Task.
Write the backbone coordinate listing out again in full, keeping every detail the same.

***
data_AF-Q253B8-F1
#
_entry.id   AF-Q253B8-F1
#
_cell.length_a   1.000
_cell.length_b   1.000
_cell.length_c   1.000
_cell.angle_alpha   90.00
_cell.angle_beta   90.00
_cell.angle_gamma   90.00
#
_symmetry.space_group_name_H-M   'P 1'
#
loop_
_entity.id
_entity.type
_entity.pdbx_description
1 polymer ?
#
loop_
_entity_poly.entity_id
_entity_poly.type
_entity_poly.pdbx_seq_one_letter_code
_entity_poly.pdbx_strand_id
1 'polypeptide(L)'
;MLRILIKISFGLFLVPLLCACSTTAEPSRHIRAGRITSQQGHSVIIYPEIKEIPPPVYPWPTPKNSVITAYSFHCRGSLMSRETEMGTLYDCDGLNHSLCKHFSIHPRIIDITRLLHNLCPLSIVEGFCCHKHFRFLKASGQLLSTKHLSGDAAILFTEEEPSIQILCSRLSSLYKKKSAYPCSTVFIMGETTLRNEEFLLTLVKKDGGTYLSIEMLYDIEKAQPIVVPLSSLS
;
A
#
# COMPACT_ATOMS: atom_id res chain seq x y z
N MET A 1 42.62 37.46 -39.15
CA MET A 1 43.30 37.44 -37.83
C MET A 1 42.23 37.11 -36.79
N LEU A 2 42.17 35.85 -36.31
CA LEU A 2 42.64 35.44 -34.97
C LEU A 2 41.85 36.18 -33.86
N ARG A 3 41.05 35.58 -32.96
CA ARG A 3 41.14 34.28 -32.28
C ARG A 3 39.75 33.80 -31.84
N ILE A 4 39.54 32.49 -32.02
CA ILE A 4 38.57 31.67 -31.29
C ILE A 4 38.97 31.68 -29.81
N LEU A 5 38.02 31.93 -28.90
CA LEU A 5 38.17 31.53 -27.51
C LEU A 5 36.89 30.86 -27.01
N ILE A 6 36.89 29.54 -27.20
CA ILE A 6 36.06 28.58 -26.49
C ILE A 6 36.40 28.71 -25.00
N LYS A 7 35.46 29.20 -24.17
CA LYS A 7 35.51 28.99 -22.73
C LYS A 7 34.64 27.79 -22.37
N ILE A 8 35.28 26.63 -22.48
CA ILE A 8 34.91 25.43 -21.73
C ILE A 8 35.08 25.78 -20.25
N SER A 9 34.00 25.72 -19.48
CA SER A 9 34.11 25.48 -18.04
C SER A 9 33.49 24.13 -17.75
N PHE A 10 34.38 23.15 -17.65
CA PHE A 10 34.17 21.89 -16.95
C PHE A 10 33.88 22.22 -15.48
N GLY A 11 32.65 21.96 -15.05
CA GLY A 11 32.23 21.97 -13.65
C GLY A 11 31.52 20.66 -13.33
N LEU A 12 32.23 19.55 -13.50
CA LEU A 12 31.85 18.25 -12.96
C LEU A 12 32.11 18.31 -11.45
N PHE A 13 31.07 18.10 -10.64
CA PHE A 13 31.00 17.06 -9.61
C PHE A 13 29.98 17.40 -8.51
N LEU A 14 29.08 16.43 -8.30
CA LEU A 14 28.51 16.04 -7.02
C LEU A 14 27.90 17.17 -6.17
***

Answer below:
data_AF-Q253B8-F1
#
_entry.id   AF-Q253B8-F1
#
_cell.length_a   1.000
_cell.length_b   1.000
_cell.length_c   1.000
_cell.angle_alpha   90.00
_cell.angle_beta   90.00
_cell.angle_gamma   90.00
#
_symmetry.space_group_name_H-M   'P 1'
#
loop_
_entity.id
_entity.type
_entity.pdbx_description
1 polymer ?
#
loop_
_entity_poly.entity_id
_entity_poly.type
_entity_poly.pdbx_seq_one_letter_code
_entity_poly.pdbx_strand_id
1 'polypeptide(L)'
;MLRILIKISFGLFLVPLLCACSTTAEPSRHIRAGRITSQQGHSVIIYPEIKEIPPPVYPWPTPKNSVITAYSFHCRGSLMSRETEMGTLYDCDGLNHSLCKHFSIHPRIIDITRLLHNLCPLSIVEGFCCHKHFRFLKASGQLLSTKHLSGDAAILFTEEEPSIQILCSRLSSLYKKKSAYPCSTVFIMGETTLRNEEFLLTLVKKDGGTYLSIEMLYDIEKAQPIVVPLSSLS
;
A
#
# COMPACT_ATOMS: atom_id res chain seq x y z
N MET A 1 42.62 37.46 -39.15
CA MET A 1 43.30 37.44 -37.83
C MET A 1 42.23 37.11 -36.79
N LEU A 2 42.17 35.85 -36.31
CA LEU A 2 42.64 35.44 -34.97
C LEU A 2 41.85 36.18 -33.86
N ARG A 3 41.05 35.58 -32.96
CA ARG A 3 41.14 34.28 -32.28
C ARG A 3 39.75 33.80 -31.84
N ILE A 4 39.54 32.49 -32.02
CA ILE A 4 38.57 31.67 -31.29
C ILE A 4 38.97 31.68 -29.81
N LEU A 5 38.02 31.93 -28.90
CA LEU A 5 38.17 31.53 -27.51
C LEU A 5 36.89 30.86 -27.01
N ILE A 6 36.89 29.54 -27.20
CA ILE A 6 36.06 28.58 -26.49
C ILE A 6 36.40 28.71 -25.00
N LYS A 7 35.46 29.20 -24.17
CA LYS A 7 35.51 28.99 -22.73
C LYS A 7 34.64 27.79 -22.37
N ILE A 8 35.28 26.63 -22.48
CA ILE A 8 34.91 25.43 -21.73
C ILE A 8 35.08 25.78 -20.25
N SER A 9 34.00 25.72 -19.48
CA SER A 9 34.11 25.48 -18.04
C SER A 9 33.49 24.13 -17.75
N PHE A 10 34.38 23.15 -17.65
CA PHE A 10 34.17 21.89 -16.95
C PHE A 10 33.88 22.22 -15.48
N GLY A 11 32.65 21.96 -15.05
CA GLY A 11 32.23 21.97 -13.65
C GLY A 11 31.52 20.66 -13.33
N LEU A 12 32.23 19.55 -13.50
CA LEU A 12 31.85 18.25 -12.96
C LEU A 12 32.11 18.31 -11.45
N PHE A 13 31.07 18.10 -10.64
CA PHE A 13 31.00 17.06 -9.61
C PHE A 13 29.98 17.40 -8.51
N LEU A 14 29.08 16.43 -8.30
CA LEU A 14 28.51 16.04 -7.02
C LEU A 14 27.90 17.17 -6.17